After the meat fuelled posts of late, it’s time I veered off the meat freeway and explore other paths. In recent years I’ve been reading more and more about the types of food groups we eat; where the food comes from; what the Western diet has come to be and even what we’d evolved to eat. I’m generally very comfortable about the choices I’ve made so far. Just one little niggling thought keeps lurking in the background, ready to pounce on my rare moments of weakness and dance a feverish tattoo on my guilty conscience. I eat a lot of meat. If my teeth could super-evolve to reflect my diet, I should probably have the sharp nashers of a sleek, muscular, well-oiled feline than the molars of your humble cud chewing grazer. Ok, maybe not sleek, or muscular, maybe just the nashers of a portly fluffy orange housecat.
I’ve read that we’re supposed to have 3 – 4 serves of meat each week. I’m probably closer to 16 serves a week. That’s right, if I can get away with it, I’ll have meat for breakfast too. It was a concerning insight into my diet and I’ve been feebly and half-heartedly trying to decrease the amount of meat I eat ever since. Needless to say, half-arsed efforts lead to half-arsed results. And for whatever reason, the protein bulked up meat head carnivore bully within feels some unfounded need to growl unnecessarily at my vegetarian counterparts. That victim is usually my dear vegetarian friend, Katie.
Katie is the most laid back vegetarian a carnivore could ever hope to meet. She chooses her vegetarian path for ethical reasons, yet I have never heard her preach or even frown at the carnivore’s way of life. If we dine out together, she’s very understanding and if stray morsels of meat find their way into her food, she patiently picks them out and proceeds unfussed. Her passiveness and minority status amongst a group of assertive meat eater friends does mean her choices often come second to those of carnivores. For instance often fish sauce get renamed “tofu sauce” for the sake of tasty meals that satisfy both carnivores and vegetarians. Yes, I do acknowledge our actions are nothing short of evil.
There’s a strange logic that picking on your own siblings is totally sanctioned, but others doing it can kickstart a transformation into a primitive bloodthirsty warrior. I was so very offended – incensed – when Katie had a terrible experience at Musa Dagdeviren’s Turkish showcase dinner at Efendy during SIFF 2010, so offended that I was compelled to write about it. When it was published I was contacted by Somer Sivrioglu, head chef and owner of Efendy who expressed his extreme disappointment at his staff for having treated us so, as bewilderingly, there was both a vegetarian and a vegan menu that night. Somer apologised profusely to Katie and extended an olive branch – an offer to dine at Efendy once again, but this time with a promise to showcase how accommodating Turkish food can be for vegetarians. After some consultation, Katie agreed and a date was set.
On a sunny Autumn day Katie and I find ourselves seated in Efendy’s alfresco courtyard. We’re shown the specially designed vegetarian degustation menu prepared for us, as well as the usual a la carte menu. We note that there was particular emphasis on the existence of a specific vegetarian menu and we’re told that the vegetarian degustation prepared for us are samples of dishes in the vegetarian menu and differ only in size and presentation.
Whilst studying the vegetarian degustation menus placed before us with interest we’re greeted by Somer himself, a jolly, friendly man who again humbly apologises to Katie profusely. He explains that his wife is a very fussy eater so he is more than accommodating to the dietary requirements of his diners which angers him that Katie was treated so unacceptably, especially since authentic Turkish food is naturally accommodating for vegetarians. On that note, he instructs us to relax and enjoy the Turkish vegetarian experience to come.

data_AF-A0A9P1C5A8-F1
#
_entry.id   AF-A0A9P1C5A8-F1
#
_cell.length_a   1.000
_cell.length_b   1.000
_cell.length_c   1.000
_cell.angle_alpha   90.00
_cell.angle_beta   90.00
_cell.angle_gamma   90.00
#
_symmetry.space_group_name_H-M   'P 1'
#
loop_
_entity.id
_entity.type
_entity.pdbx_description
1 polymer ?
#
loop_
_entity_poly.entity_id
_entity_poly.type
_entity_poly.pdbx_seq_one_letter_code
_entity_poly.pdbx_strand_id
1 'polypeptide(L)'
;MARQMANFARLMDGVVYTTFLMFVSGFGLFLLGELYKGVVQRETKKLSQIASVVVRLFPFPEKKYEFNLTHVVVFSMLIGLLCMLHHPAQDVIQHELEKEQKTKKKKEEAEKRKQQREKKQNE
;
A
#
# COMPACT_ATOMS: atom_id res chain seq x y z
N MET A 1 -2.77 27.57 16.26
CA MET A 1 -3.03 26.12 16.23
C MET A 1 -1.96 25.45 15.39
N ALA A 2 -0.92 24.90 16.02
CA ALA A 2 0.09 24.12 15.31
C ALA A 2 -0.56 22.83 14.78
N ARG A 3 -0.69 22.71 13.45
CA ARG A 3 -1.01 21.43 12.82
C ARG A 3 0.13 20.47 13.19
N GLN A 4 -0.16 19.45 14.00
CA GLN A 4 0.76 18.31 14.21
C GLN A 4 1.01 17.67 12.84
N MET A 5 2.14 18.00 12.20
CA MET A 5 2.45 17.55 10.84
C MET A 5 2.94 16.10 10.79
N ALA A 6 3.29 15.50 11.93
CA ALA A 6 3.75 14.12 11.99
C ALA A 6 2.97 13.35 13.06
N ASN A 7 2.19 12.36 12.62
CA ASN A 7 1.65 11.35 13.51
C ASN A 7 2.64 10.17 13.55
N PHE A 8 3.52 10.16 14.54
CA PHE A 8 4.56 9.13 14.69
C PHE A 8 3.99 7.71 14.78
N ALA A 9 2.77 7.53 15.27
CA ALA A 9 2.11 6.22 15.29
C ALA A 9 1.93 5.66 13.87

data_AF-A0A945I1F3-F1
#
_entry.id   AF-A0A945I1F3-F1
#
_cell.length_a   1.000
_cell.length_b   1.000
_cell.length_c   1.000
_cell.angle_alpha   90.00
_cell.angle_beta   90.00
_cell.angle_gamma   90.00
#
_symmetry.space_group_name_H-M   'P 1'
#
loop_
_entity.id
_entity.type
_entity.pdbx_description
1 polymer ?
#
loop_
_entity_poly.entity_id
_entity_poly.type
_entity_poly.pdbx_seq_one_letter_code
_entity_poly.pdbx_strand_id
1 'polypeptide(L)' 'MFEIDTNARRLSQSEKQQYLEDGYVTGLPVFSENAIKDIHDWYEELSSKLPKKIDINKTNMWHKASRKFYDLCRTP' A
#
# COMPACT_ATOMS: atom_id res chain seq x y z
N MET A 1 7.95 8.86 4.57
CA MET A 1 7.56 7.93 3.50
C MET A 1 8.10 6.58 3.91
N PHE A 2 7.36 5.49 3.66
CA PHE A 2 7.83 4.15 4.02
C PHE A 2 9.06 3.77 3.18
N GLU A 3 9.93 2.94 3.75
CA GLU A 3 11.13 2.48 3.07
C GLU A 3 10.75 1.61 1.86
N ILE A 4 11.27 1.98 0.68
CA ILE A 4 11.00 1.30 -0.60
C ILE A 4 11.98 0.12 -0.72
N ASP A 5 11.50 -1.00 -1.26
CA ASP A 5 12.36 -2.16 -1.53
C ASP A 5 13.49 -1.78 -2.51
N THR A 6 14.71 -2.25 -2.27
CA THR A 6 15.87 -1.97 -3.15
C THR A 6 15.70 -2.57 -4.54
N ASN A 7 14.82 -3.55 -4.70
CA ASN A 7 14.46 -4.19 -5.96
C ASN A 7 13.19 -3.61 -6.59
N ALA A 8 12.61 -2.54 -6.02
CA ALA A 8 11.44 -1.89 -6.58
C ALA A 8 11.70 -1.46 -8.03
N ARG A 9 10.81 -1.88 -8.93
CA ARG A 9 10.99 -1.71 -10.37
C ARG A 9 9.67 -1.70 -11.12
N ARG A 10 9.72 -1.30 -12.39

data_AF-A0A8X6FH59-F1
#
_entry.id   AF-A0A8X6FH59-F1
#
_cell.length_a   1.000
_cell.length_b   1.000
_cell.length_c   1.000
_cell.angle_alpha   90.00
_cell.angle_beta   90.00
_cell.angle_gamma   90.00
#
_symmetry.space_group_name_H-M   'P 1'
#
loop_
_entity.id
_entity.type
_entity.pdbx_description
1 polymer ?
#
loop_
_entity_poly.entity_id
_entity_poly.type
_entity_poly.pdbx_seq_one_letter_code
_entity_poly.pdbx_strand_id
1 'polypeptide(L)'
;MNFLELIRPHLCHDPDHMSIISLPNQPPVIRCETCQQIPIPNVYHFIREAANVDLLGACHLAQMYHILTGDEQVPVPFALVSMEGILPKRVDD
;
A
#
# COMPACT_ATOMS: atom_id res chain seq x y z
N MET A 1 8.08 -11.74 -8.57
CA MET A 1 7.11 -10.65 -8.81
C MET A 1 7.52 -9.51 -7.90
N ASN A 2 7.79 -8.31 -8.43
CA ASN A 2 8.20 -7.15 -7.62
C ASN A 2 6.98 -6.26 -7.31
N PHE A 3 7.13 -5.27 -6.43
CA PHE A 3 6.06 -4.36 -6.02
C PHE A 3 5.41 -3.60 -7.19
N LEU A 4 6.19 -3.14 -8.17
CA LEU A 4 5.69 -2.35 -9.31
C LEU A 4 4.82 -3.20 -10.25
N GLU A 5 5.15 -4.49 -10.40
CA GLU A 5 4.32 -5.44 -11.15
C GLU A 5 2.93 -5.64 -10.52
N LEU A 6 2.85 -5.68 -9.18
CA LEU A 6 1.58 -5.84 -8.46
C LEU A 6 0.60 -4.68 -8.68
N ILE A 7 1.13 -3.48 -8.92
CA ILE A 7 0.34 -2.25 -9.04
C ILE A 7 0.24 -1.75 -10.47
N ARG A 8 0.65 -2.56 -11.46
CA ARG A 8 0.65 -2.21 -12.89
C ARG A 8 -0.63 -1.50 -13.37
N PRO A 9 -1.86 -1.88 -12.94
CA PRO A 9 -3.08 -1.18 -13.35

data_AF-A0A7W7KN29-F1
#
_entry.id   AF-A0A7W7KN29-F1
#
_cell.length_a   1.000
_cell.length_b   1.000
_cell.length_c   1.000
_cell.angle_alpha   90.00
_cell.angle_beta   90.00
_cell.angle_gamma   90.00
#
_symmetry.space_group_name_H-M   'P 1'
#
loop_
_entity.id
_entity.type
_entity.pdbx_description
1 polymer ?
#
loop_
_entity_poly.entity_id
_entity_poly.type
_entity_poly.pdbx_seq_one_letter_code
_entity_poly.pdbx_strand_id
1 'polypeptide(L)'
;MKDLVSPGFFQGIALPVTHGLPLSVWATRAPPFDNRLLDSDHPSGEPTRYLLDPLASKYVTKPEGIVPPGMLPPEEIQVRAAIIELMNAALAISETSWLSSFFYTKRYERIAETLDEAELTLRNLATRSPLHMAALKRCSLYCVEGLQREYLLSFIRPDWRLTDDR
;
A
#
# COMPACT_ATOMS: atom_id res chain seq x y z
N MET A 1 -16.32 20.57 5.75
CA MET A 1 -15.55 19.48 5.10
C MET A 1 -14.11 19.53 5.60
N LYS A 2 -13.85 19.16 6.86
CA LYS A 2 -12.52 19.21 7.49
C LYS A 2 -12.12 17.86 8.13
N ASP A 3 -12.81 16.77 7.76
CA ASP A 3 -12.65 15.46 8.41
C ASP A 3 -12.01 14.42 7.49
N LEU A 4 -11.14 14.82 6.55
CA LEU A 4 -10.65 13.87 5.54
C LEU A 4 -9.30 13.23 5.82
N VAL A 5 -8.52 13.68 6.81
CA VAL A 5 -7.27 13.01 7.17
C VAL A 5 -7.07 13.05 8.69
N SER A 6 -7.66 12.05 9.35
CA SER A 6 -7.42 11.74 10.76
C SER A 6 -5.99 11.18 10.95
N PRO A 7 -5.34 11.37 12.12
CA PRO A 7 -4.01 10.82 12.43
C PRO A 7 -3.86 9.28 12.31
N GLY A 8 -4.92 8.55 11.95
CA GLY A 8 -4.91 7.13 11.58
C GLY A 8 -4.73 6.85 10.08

We start with some freshly baked Turkish bread rolls served with fruity olive oil from Ayvalik, a town on the west coast of Turkey, pink salt and za’atar mix. Freshly baked bread is so appealing and this version is warm, yeasty and so hard to resist that we ate much of it even before the three accompanying cold meze tasters arrived. The first was a humus which was creamy, nutty and the crispy roasted almond provided a satisfying crunch and contrasting texture – an idea I am sure to steal for the next time I make humus. The antep ezme was billed as a spicy kumato dip but we found both the kumato flavour and the spiciness to be subtle and overpowered by the flavour of onion but a tasty, flavourful dip nonetheless. Our favourite was the patlican salata, a Turkish eggplant salad, and not unlike babaganoush, this has a lovely smoky char but the occasional bursting pomegranate seed intermingling with fresh tomato and parsley make it refreshingly complex. The lunch happened to fall on a date close to Katie’s birthday, so the occasion called for a cheeky glass of wine.
Noticing how long we dwelled on the dips and bread, our waiter thoughtfully downsized our zeytinyagli tasters – vegetable dishes that are cooked in olive oil. The kereviz, a dish of celeriac, carrot and potato is subtly sweet with notes of herby freshness; the fasulye, green beans in olive oil is a little too salty for Katie, but being a halophile of sorts, I greedily lapped up her share. Despite our initial reservations, the olive oil drenched dishes weren’t too rich and heavy but surprisingly light. We are told that olive oil is very popular on the west coast of Turkey and in fact that olives grown in Turkey are exported to Spain to convert to olive oil. The waiter’s unbridled gushing pride for his country is disconcertingly familiar – is it just a coincidence that I’ve seen it in every other Turkish national that I’ve met?
Next comes the pastries course and thanks to their growing ubiquity in markets, street fairs and kebab stores, pide and gozleme are probably the most familiar Turkish dishes to the Australian public. An infinite variation of ingredients is available for these dishes but for the purposes of the vegetarian theme, we’re served a mushroom and kashar cheese pide, delightful with a generous squeeze on tart lemon and sumac; and a spicy potato gozleme drizzled with a homemade iskender sauce and an aromatic and refreshing garlic yoghurt.